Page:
I pledge allegiance to the laws of the United States of America, on condition that it respect my rights, natural, constitutional, and statuory, with liberty and justice for all.
Why upgrade to Pledge v. 2008? For one thing, it matches the cadences of the currently popular pledge—which history suggests we might call "v. 1954"—more closely than my earlier alternative did. It proves especially helpful, when you're saying this latest version in a crowd, that it starts and ends with the same words that everybody else says. It also follows the same cadences as v. 1954; consider the following parallels:
|Pledge v. 1954||Pledge v. 2008|
|I pledge allegiance||I pledge allegiance|
|to the flag||to the laws|
|of the United States of America,||of the United States of America,|
|and to the Republic||on condition that|
|for which it stands,||it respect my rights,|
|with liberty and justice for all.||with liberty and justice for all.|
I also tweaked the content of this latest version of the pledge to make it still more palatable to friends of liberty. Note, for instance, that it now has you pledge allegiance not to the flag, nor even to the political institution for which that flag stands, but rather to "the laws of the United States of America." After all, a republic that breaks its own laws does not deserve your allegiance.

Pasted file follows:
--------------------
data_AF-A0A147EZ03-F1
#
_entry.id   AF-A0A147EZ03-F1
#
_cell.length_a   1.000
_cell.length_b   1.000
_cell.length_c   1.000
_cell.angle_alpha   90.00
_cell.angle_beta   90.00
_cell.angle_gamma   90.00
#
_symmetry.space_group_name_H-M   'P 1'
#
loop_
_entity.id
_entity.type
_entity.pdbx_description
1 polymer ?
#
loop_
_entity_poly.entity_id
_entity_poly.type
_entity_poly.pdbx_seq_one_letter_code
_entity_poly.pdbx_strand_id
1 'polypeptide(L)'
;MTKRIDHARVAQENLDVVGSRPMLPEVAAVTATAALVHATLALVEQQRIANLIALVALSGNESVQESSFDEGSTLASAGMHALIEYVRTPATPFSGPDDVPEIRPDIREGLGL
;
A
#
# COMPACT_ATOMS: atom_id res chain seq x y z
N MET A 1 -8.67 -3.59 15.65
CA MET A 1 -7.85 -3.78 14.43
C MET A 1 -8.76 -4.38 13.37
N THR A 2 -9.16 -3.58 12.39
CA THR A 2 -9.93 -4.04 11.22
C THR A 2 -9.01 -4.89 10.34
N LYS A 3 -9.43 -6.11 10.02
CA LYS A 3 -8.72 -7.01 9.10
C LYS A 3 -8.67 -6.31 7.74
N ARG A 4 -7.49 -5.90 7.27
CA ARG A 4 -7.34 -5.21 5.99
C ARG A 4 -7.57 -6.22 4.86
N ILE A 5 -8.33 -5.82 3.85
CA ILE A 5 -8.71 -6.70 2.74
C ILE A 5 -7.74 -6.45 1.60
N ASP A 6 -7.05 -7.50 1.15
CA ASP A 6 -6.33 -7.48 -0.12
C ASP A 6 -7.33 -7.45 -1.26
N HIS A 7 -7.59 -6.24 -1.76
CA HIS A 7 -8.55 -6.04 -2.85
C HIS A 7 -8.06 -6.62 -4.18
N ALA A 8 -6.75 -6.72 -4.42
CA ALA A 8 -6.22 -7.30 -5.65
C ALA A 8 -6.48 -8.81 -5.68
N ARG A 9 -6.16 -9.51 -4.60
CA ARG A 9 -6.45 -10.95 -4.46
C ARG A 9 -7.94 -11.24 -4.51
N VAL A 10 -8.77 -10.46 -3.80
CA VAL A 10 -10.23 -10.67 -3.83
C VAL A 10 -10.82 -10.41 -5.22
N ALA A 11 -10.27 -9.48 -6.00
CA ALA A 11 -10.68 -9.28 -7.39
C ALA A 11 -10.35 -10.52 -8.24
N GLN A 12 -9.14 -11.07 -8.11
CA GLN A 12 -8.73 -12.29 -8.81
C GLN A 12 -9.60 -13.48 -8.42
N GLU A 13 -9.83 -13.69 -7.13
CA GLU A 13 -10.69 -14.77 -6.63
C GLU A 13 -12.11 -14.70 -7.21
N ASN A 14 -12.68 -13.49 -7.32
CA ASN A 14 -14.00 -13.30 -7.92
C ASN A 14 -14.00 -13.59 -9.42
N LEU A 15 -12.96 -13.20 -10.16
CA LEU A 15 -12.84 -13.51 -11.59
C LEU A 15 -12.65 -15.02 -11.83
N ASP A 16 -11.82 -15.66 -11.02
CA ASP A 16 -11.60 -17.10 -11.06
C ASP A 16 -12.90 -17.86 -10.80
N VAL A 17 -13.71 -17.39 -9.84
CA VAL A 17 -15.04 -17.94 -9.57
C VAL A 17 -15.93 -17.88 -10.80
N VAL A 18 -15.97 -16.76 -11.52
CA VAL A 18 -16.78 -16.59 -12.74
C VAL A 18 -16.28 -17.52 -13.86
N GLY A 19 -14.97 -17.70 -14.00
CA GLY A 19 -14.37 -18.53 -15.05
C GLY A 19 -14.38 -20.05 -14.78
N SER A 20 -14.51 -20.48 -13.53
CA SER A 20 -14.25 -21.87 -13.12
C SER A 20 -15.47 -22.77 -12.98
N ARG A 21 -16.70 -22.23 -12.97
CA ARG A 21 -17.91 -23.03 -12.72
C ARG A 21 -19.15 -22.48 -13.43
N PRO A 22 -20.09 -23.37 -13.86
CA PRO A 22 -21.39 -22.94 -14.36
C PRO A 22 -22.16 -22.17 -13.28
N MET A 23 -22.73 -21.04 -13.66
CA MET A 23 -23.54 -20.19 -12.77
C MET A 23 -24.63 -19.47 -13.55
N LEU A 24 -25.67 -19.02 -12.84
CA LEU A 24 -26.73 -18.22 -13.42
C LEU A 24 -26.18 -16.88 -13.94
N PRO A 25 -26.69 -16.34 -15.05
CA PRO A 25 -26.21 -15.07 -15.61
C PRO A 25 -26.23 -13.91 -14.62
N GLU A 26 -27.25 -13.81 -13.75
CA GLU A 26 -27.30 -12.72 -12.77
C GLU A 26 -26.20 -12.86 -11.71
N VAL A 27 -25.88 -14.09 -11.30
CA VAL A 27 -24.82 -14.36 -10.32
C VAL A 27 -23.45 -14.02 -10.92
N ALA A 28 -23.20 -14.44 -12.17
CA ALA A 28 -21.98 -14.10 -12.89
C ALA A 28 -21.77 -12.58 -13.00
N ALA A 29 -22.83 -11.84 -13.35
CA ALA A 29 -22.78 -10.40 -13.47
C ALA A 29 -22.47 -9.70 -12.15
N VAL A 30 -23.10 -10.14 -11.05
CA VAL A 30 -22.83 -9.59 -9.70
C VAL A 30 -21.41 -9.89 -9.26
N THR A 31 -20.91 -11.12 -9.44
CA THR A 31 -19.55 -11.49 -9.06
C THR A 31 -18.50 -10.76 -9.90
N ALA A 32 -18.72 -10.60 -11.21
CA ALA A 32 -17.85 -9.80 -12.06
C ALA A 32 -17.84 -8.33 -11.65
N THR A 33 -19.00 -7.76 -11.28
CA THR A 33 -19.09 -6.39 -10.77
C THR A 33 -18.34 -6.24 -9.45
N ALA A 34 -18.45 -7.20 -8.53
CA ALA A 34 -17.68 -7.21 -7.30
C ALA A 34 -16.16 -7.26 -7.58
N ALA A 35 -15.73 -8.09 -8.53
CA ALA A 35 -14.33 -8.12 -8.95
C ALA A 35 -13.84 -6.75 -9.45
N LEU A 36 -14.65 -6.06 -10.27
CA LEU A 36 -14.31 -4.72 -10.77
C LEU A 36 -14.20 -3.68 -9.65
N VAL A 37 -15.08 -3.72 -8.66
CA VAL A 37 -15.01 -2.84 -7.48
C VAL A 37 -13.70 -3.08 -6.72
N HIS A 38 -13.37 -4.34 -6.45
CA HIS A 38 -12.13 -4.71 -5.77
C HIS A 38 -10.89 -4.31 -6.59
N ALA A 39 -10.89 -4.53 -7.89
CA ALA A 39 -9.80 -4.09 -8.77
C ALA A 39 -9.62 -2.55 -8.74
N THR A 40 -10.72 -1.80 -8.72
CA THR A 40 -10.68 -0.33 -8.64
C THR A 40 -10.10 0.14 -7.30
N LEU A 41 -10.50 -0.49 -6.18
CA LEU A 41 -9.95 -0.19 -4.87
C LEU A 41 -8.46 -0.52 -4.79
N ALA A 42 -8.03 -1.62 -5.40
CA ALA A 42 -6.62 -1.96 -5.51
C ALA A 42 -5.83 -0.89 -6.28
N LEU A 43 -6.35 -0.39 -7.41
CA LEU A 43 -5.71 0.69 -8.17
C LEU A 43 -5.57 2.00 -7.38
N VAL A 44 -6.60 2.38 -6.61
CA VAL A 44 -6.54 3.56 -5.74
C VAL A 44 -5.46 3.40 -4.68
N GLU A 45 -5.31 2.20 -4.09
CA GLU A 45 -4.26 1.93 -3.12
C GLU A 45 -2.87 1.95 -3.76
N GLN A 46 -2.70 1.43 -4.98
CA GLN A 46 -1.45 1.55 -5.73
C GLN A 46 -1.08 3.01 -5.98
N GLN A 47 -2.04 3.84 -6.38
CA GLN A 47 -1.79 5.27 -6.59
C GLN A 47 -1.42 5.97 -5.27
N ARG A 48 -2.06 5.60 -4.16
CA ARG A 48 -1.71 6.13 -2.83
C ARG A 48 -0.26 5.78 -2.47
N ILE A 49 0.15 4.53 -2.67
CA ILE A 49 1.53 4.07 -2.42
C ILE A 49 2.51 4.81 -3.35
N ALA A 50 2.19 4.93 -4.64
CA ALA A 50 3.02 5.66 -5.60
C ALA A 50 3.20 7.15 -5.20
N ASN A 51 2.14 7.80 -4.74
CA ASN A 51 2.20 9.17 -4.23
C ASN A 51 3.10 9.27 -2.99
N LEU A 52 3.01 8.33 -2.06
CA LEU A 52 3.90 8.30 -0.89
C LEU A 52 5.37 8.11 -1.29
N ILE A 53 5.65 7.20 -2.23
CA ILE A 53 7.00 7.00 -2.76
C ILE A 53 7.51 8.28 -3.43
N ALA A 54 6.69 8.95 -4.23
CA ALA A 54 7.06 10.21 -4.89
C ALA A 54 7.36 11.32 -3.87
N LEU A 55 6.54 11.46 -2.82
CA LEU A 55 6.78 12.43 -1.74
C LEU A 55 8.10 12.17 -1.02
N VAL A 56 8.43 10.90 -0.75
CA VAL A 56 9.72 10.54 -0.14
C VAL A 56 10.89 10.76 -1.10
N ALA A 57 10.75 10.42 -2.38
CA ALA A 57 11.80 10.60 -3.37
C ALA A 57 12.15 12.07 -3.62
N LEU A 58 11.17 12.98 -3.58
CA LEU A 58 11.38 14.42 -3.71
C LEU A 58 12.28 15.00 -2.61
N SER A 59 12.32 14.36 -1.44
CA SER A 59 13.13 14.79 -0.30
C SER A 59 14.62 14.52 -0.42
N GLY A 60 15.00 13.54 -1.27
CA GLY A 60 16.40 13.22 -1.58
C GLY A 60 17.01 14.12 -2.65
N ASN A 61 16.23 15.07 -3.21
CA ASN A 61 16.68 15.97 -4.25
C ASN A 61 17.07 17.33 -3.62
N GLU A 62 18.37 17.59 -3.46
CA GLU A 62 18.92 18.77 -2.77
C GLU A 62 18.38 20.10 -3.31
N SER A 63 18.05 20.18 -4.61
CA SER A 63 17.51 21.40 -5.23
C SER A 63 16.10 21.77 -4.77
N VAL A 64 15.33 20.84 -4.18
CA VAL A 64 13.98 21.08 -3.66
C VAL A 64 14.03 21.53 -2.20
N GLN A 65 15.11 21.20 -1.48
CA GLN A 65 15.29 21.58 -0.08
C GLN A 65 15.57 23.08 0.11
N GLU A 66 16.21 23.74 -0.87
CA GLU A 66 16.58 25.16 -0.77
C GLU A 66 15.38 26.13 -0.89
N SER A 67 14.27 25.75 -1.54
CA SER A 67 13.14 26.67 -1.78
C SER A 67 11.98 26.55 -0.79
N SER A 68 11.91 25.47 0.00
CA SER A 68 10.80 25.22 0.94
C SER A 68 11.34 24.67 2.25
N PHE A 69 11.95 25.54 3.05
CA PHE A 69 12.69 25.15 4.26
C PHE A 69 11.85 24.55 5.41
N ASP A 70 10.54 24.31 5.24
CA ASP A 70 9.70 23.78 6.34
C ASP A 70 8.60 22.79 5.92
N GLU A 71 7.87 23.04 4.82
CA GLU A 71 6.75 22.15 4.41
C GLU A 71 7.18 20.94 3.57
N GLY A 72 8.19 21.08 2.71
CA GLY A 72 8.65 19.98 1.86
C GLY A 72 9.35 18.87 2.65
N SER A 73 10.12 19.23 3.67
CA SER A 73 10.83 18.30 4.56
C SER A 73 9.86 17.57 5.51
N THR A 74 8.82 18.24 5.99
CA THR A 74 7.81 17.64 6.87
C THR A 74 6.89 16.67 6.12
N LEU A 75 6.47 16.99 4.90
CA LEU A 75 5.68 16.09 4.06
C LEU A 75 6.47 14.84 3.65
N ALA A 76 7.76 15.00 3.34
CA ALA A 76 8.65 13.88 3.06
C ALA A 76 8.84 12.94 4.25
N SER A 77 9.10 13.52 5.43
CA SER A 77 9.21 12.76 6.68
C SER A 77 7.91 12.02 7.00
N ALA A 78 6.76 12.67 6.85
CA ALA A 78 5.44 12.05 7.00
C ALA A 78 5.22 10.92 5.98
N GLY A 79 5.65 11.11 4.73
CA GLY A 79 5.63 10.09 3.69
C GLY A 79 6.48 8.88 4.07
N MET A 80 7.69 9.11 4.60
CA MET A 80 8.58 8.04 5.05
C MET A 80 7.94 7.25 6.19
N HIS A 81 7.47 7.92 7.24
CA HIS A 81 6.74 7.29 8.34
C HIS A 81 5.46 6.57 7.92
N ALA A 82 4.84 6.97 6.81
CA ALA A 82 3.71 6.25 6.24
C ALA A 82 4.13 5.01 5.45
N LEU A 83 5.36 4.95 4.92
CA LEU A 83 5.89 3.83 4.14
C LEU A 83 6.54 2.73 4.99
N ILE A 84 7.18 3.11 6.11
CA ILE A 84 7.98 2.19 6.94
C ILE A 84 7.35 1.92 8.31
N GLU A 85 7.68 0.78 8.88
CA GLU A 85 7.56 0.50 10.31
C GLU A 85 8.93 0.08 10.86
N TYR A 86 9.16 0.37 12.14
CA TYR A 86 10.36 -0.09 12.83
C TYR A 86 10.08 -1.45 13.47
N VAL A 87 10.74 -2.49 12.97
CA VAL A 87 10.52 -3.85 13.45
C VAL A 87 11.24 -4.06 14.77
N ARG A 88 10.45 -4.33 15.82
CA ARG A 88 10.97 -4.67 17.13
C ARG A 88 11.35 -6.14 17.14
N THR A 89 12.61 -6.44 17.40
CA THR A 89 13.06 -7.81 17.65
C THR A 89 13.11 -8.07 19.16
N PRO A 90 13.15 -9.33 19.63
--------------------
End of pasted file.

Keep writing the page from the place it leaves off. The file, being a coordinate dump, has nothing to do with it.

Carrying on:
Note, too, that v. 2008 conditions your allegiance on the U.S. respecting three kinds of rights you can claim—natural, constitutional, and statutory. This upgraded pledge thus offers powerful protections for your liberty. Indeed, you might well wonder whether, given those strict conditions, Pledge v. 2008 commits you to anything at all! I leave the answer to that question, however, to the dictates of your conscience.